“Buchenwald is another story. There was a big concentration camp. It was all SS there. There was shooting, killing and hanging. I was a kid and I had no idea what’s happening, where I am, what’s going on. I don’t talk. I don’t say anything. We stayed there for a while until they liquidated that camp because the front was coming closer…. They called out the Jews on one side and on the other side the Aryans – gentiles who were criminals, homosexuals, or people against the German government…. Then they said, ‘Jews come on.’ So, I’m standing there and I was the only kid. I’m looking around at hundreds of people standing in line. It’s daylight and it’s already winter time, somewhere between December and January or February.
“I’m standing there and the camp commander, a big Nazi officer, came and grabbed me by my neck, kicked me in my behind, and said, ‘Du bist keine Jude,’ you are not a Jew. I didn’t know what he was talking about. But there was a big pile of civilian clothes and I went and grabbed a big coat. There’s nobody around there just me and them standing there waiting to get out. Now when the commander was not looking, they started walking out. The Jews first. When they started walking, I ran behind and somehow, I made it out of the camp.
“Maybe a thousand people walking until we came to another camp in Germany, Flossenburg, the factory where they made the German Messerschmitt fighter planes. There were so many people, we did not go in the lager. I was in a huge hall with the body of the Messerschmitt, the body of the plane without the wings. So, I laid in the body, in the hole, and it was good, until they came and said you got to go. No food. No nothing. I don’t know how I did it but I survived I guess somehow.
“And we were there for a while. And then they shipped us out from there. Again, we could not take the train because the minute we were on the train the Americans and English bombed the engine of the train…. And so, after they collected us again, we started walking toward Theresienstadt. We walked during the night; during the day we laid down and rested. We went by cities and barns and we got us a little food from people.…
“We marched like this for weeks. By that time, there were left 52 or 53 of us. And behind was going the SS, maybe 15 or 20 of them. They were running away too. And we were pushing their equipment in their wagon…. We were in the woods and a farmer came running up and told the SS that the American tanks are going on the road. So, all the SS ran away, but two SS came back and whoever they can catch they shot them dead. Later on, they caught those two SS.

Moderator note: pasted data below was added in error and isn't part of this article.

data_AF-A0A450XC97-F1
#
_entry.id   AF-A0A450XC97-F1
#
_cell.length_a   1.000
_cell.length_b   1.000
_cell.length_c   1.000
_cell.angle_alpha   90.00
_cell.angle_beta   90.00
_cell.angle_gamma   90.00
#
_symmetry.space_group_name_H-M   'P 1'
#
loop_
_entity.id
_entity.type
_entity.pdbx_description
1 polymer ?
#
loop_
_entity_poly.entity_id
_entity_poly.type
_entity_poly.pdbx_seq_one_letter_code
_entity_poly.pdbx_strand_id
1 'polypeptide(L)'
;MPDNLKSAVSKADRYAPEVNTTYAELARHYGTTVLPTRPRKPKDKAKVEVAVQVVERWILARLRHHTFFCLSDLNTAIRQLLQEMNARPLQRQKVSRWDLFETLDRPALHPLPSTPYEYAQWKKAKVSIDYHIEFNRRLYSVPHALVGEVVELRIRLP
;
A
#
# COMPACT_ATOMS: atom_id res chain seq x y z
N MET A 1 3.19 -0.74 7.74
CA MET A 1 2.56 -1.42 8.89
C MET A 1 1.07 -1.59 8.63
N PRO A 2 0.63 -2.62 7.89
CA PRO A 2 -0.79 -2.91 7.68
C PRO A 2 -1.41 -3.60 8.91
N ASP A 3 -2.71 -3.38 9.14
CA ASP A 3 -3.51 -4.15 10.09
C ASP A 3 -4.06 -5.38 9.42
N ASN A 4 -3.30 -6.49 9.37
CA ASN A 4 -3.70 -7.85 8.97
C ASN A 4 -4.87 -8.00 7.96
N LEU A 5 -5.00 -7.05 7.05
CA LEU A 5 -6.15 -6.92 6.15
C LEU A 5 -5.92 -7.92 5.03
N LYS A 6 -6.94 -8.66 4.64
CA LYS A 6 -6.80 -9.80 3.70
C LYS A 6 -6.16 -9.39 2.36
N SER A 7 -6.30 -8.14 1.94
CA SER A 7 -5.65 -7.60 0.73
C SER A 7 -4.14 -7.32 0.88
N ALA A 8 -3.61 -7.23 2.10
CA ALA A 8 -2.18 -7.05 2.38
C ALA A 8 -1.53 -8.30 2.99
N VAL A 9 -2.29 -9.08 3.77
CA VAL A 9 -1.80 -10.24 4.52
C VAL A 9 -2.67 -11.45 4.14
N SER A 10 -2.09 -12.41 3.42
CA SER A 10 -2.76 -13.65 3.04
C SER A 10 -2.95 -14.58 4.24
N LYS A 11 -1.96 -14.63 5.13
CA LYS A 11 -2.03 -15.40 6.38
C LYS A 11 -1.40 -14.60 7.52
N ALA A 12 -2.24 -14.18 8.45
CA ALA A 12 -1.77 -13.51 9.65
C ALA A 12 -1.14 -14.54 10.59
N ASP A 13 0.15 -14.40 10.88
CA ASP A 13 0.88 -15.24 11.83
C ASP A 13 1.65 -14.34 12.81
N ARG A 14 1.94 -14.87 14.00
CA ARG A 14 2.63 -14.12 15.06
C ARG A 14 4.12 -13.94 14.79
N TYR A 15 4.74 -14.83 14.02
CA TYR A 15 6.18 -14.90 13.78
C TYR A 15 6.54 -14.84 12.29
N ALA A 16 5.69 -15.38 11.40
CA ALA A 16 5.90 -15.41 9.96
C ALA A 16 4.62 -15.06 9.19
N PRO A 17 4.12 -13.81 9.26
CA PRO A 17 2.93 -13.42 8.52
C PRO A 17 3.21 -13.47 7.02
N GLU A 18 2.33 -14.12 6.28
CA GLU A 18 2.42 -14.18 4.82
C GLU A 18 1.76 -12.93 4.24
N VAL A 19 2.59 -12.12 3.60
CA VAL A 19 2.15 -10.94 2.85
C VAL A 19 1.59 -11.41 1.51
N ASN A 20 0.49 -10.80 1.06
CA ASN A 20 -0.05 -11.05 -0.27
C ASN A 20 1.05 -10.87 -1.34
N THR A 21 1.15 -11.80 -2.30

“We ran down to the farmhouse to get food. I ate, but the minute I took some I’d throw up. I was already sick; I could not eat the food. Next day, two guys took me on a wagon and into Cham, a small German town surrounded by farmland. They brought me to the hospital, Christ Krankenhaus, that was across from the biggest Catholic church in that city, and was run by nuns…. They operated from the bottom to my belly button; they opened me up and they cut away my colon that was all rotten.
“I was lying on the bed. A nun opened my eyes to see if I’m alive. When she opened my eyes, I cried. I remember that. I was crying, and I saw the doctor standing in front of me. He was a handsome man; he was about six foot something….
“They took me in a room, a very nice room and I had a big statue of Jesus over me. He watched over me. And the Catholic nuns took care of me and got me where I am now…. Every night, the head nun came and was praying and reading the Bible and she sprayed the holy water on me and made the sign of the cross. And of course, the Christian father, it was fine. It was good at that point.
“The doctor came every morning. My name is Adler. Adler in German is the big eagle, the black eagle, the bird. So, he came in every morning and flapped his arms like an eagle’s wings, ‘How is the Adler doing?’ … One morning I see the doctor didn’t show up. Two days, three days. So, I asked the head nun, ‘Where’s the doctor?’ She said, ‘They arrested the doctor.’ He was a big Nazi doctor. He was a big officer in the SS. He was a big, big-ranked doctor. So, he had a cyanide capsule and he killed himself. He is not alive anymore. They would have killed him anyway…. But he did a good job. I’m here.